Mr Dursley merely stared at him, the challenge in his eyes now mixed with ill-hidden contempt.
"What I'm getting at, Mr Dursley, is that you are you are going to have to consider what you're going to tell your child about this."
There followed an awkward pause, after which Mr Dursley rose, stretching his back in clear discomfort. "Thank you, doctor," he said, looking at some point above doctor Anderson's shoulder. "That will be all."
The door shut, and Doctor Anderson replaced his glasses. He picked up the child's file again, rifling through the pages. Then he sighed, and replaced the contents in its folder. In the end, you could only do so much.
Six-year-old Dudley Dursley stood in the lounge, looking at the kitchen door in shock and bemusement. Sheila, the little girl next door - she was six years old too, but girls were always little; everyone knew that - had run home crying, yelling for her mum. Dudley's bottom still stung from where Dad's hand had smacked it, the skin prickling underneath shorts and underpants.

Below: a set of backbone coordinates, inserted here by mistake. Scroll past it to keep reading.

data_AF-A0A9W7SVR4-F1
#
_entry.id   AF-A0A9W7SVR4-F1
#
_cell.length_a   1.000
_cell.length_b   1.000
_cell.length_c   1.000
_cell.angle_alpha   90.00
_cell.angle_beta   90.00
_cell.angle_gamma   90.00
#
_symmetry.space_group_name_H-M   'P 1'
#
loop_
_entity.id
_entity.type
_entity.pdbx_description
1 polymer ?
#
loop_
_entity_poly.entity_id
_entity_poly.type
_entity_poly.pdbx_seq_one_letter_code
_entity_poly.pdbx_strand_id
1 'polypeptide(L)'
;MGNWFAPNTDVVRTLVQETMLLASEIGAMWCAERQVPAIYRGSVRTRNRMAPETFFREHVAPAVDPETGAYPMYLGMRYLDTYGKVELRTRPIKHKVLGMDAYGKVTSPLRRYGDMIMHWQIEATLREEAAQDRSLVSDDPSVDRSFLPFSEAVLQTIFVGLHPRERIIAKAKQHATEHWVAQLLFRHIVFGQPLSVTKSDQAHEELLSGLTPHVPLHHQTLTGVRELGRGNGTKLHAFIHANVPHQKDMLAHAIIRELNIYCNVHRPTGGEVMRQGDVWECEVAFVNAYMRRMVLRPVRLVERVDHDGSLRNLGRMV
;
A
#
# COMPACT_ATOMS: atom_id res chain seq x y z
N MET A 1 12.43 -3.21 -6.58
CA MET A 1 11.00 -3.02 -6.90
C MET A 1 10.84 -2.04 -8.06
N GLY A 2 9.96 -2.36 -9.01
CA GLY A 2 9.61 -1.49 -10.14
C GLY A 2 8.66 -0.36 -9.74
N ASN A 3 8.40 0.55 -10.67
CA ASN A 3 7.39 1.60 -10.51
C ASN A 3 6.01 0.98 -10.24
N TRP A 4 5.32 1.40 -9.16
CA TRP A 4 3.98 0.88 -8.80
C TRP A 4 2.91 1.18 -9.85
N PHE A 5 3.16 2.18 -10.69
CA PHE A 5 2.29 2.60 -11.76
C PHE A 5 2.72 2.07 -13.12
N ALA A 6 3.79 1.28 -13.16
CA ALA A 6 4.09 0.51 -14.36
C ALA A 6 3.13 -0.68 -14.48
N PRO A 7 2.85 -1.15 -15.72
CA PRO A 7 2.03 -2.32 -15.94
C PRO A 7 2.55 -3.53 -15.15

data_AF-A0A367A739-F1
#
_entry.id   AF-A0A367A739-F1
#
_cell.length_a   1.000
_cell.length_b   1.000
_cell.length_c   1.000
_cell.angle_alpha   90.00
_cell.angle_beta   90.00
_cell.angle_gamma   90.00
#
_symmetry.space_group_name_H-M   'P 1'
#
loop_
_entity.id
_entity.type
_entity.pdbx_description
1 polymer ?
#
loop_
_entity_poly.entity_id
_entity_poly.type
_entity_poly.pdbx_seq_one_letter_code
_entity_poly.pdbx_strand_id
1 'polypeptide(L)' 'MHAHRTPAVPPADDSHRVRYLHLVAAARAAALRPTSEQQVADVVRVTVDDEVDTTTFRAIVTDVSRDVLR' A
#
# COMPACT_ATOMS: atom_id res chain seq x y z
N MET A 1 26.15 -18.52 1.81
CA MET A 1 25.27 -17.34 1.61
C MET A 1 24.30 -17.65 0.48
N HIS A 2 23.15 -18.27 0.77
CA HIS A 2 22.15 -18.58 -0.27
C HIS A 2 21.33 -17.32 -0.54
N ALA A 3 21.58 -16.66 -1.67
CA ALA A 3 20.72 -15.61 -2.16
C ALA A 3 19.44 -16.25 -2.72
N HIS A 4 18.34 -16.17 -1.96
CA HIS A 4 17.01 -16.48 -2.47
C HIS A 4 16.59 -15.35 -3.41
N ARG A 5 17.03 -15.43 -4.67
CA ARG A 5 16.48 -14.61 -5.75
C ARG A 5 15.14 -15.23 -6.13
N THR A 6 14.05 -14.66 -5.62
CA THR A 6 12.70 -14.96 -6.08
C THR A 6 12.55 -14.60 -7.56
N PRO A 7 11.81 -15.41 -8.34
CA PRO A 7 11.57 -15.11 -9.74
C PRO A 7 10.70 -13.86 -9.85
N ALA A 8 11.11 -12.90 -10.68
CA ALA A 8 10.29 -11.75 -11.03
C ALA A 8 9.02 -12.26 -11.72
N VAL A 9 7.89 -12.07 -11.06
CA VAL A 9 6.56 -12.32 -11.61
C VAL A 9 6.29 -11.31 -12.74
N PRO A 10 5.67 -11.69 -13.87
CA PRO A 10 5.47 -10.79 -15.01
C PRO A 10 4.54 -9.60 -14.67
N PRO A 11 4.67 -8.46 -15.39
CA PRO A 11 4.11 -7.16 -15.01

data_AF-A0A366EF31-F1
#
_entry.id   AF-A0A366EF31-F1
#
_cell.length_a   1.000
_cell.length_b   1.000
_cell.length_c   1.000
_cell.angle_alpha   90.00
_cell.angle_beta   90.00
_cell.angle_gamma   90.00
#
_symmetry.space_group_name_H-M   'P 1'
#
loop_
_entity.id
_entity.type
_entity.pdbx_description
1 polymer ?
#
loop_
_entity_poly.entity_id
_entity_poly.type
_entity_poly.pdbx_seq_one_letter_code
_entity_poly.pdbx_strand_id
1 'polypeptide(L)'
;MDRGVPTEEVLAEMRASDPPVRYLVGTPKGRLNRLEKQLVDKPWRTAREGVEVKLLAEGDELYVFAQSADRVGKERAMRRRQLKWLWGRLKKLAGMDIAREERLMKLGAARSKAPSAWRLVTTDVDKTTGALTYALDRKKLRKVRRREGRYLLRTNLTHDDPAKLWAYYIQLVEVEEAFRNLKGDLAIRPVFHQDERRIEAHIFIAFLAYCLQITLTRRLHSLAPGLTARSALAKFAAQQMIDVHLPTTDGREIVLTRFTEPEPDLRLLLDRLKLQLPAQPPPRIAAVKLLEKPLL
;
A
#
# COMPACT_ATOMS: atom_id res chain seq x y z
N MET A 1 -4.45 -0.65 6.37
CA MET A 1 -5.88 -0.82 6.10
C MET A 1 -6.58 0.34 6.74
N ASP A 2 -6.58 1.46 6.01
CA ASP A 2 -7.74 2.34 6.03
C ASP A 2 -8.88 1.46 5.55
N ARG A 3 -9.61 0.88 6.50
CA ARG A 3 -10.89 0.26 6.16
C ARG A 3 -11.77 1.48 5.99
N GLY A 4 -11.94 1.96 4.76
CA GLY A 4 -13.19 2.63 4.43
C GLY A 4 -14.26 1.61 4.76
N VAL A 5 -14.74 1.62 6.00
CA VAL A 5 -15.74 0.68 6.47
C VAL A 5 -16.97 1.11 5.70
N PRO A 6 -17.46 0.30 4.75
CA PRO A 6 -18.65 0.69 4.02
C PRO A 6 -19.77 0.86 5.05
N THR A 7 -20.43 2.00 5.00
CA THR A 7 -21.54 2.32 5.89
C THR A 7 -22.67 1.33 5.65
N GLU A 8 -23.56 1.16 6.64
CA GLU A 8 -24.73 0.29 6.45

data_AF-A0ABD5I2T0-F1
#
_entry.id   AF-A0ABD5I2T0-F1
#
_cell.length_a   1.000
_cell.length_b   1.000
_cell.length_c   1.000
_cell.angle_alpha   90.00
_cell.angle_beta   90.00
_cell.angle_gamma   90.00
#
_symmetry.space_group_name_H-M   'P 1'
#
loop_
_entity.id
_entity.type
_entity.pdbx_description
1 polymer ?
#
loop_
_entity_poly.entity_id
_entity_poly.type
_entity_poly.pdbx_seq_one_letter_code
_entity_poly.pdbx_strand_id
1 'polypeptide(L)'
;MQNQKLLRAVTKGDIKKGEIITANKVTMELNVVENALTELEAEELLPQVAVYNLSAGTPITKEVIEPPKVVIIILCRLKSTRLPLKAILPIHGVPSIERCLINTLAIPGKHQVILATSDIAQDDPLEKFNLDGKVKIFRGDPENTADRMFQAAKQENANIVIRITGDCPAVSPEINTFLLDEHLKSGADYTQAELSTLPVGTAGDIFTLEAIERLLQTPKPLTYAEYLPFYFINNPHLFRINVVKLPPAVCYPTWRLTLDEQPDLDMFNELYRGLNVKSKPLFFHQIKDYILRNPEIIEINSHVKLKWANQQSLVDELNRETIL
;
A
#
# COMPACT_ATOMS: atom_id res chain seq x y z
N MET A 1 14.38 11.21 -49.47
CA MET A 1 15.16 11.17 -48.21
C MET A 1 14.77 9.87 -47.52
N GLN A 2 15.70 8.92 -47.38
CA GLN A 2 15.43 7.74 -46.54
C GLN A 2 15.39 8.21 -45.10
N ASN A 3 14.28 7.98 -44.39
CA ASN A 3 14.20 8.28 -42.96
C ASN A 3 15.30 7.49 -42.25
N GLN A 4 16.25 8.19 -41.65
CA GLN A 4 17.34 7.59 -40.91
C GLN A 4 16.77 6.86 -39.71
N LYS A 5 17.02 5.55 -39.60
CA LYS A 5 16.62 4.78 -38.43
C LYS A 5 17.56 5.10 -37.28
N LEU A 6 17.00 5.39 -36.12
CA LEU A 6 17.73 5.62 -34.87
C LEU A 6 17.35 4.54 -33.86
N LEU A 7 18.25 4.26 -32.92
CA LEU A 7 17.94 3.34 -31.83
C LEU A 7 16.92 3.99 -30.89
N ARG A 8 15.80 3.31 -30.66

It was all very confusing.
Sheila had come over to play while her mum did the shopping, and Mum had asked Dudley to play with her, even though she was a girl, and that made her different, and Dudley wasn't supposed to like her. Except that you should like girls when you got older, Dad had said, but when you were little, like Dudley, you weren't supposed to play with girls. But Mum didn't know that, it seemed, and had scoffed at the suggestion that Harry could play with her, because Harry wasn't fit company for a young lady, she'd said, in a singsong voice.
Sometimes, Dudley wondered if Mum was a bit stupid. There were a lot of things she simply didn't seem to understand, and Dad laughed whenever she got something wrong. Women! he'd say, and shake his head. Mum would laugh too, eventually.
She wasn't laughing now. When dad had come home, he'd given a great big yell, and his face got all red, and that's when he'd smacked Dudley and made Sheila cry. Then he'd pulled Mum into the kitchen, and now there were angry voices and shouts, and then Mum was running out, and her face was red too.